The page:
Under "Share Everything," Verizon will stop charging extra for letting devices act as "mobile Wi-Fi hotspots." That means subscribers who have a recent smartphone could use it to connect a tablet to the Internet, without paying the extra $10 per month for a tablet.

Verizon had telegraphed the move toward shared plans, but had not revealed the details or pricing.

Verizon Wireless has 93 million subscribers on its plans. It's a joint venture of New York-based phone company Verizon Communications Inc. and Vodafone Group PLC, a British cellphone company with wide international interests.

Some questions and answers about Verizon Wireless' new Share Everything plans, which go into effect June 28.

Q: Will Verizon convert me to a new plan, or can I keep my old plan?

A: Verizon won't switch you over to the new plan unless you ask. You can keep your old plan, even if you trade up to a new phone after that date and extend your contract. But for new customers, Share Everything will be the only alternative, with a few exceptions, starting June 28.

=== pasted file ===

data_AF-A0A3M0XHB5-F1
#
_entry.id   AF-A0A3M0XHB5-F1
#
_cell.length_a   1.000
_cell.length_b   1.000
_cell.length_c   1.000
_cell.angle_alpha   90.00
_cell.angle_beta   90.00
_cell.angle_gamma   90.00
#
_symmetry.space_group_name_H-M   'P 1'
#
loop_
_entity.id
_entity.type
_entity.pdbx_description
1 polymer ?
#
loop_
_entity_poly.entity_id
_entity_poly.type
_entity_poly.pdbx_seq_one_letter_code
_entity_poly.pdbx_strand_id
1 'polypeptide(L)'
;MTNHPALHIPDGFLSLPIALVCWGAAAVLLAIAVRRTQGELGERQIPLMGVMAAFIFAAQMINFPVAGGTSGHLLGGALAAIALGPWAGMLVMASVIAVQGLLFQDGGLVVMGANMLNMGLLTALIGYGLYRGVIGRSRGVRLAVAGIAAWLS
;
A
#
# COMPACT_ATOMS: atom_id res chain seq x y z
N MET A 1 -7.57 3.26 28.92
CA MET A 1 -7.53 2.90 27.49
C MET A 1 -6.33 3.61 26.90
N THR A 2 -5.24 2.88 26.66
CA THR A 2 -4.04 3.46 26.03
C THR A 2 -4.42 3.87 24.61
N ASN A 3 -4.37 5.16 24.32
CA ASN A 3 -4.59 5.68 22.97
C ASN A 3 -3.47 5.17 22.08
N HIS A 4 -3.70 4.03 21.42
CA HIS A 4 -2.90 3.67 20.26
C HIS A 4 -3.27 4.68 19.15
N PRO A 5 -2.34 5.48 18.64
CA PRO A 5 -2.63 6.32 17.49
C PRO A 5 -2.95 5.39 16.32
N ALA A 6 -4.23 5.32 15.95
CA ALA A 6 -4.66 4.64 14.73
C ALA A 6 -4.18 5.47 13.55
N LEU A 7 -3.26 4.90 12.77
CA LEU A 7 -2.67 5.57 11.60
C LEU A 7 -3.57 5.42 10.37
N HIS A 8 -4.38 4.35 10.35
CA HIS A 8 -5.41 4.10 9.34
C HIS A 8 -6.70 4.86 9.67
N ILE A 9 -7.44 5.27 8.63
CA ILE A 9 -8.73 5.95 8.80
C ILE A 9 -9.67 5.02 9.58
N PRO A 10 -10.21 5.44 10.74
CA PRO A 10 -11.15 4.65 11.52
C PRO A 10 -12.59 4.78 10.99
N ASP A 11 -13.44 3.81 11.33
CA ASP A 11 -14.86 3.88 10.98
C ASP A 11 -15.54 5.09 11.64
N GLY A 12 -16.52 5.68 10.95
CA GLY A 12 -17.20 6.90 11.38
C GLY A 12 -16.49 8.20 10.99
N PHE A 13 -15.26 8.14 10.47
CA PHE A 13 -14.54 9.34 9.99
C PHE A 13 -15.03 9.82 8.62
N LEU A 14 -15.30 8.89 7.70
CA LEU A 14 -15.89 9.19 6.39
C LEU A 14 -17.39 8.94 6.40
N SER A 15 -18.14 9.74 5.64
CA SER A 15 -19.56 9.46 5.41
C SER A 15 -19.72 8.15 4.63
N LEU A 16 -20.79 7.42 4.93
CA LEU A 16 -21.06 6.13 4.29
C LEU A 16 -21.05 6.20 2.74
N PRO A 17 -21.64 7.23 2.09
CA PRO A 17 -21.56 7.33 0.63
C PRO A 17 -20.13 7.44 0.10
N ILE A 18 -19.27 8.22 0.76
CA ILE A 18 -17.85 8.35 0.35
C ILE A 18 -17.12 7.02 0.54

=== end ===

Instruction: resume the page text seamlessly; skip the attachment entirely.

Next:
Q: What type of customer should move to the new plan?

A: If you already have unlimited calling and texting plans, the new plans are likely to save you money, especially if you have a family plan. If you have a tablet, the new pricing scheme could be a good idea too. Even if your tablet doesn't have a cellular modem, you may be able to take advantage of the plan, because it lets you create a "mobile hotspot" with your smartphone, so you can go online with your Wi-Fi-only tablet.

Q: What if I have an "unlimited data" plan? Can I keep it?

A: Yes, you can. But -and there's a big "but" here- Verizon will no longer let you move the plan to a new phone after June 28, unless you pay the full, unsubsidized price for it. For most smartphones that will add hundreds of dollars to the price. A subsidized Verizon iPhone 4s costs $200. The price you'll pay if you keep your unlimited plan: $650. (Verizon stopped signing up new customer for unlimited a year ago)